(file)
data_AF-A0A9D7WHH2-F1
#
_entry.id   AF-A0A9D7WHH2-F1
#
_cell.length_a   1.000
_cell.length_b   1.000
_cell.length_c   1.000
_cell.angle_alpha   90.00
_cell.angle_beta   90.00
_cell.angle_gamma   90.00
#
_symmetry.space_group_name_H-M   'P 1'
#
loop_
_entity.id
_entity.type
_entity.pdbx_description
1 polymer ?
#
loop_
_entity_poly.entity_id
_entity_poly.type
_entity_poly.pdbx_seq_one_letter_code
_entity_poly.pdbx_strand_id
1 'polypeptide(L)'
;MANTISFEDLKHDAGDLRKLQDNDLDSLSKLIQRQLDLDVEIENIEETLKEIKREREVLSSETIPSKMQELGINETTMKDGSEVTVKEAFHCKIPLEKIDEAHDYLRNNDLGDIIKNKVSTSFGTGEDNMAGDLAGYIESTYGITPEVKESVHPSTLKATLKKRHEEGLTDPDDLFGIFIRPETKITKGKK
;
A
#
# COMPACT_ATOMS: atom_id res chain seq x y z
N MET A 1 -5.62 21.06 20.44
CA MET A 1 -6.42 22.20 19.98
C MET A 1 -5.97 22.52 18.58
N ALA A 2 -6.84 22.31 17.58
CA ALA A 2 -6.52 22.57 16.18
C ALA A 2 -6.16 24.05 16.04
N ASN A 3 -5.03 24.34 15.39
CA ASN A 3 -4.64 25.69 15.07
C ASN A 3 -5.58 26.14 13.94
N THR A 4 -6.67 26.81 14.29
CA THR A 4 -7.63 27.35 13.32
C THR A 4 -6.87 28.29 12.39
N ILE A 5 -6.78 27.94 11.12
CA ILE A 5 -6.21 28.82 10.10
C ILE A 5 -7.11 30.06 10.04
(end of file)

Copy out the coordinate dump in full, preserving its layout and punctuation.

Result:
data_AF-A0A9D7WHH2-F1
#
_entry.id   AF-A0A9D7WHH2-F1
#
_cell.length_a   1.000
_cell.length_b   1.000
_cell.length_c   1.000
_cell.angle_alpha   90.00
_cell.angle_beta   90.00
_cell.angle_gamma   90.00
#
_symmetry.space_group_name_H-M   'P 1'
#
loop_
_entity.id
_entity.type
_entity.pdbx_description
1 polymer ?
#
loop_
_entity_poly.entity_id
_entity_poly.type
_entity_poly.pdbx_seq_one_letter_code
_entity_poly.pdbx_strand_id
1 'polypeptide(L)'
;MANTISFEDLKHDAGDLRKLQDNDLDSLSKLIQRQLDLDVEIENIEETLKEIKREREVLSSETIPSKMQELGINETTMKDGSEVTVKEAFHCKIPLEKIDEAHDYLRNNDLGDIIKNKVSTSFGTGEDNMAGDLAGYIESTYGITPEVKESVHPSTLKATLKKRHEEGLTDPDDLFGIFIRPETKITKGKK
;
A
#
# COMPACT_ATOMS: atom_id res chain seq x y z
N MET A 1 -5.62 21.06 20.44
CA MET A 1 -6.42 22.20 19.98
C MET A 1 -5.97 22.52 18.58
N ALA A 2 -6.84 22.31 17.58
CA ALA A 2 -6.52 22.57 16.18
C ALA A 2 -6.16 24.05 16.04
N ASN A 3 -5.03 24.34 15.39
CA ASN A 3 -4.64 25.69 15.07
C ASN A 3 -5.58 26.14 13.94
N THR A 4 -6.67 26.81 14.29
CA THR A 4 -7.63 27.35 13.32
C THR A 4 -6.87 28.29 12.39
N ILE A 5 -6.78 27.94 11.12
CA ILE A 5 -6.21 28.82 10.10
C ILE A 5 -7.11 30.06 10.04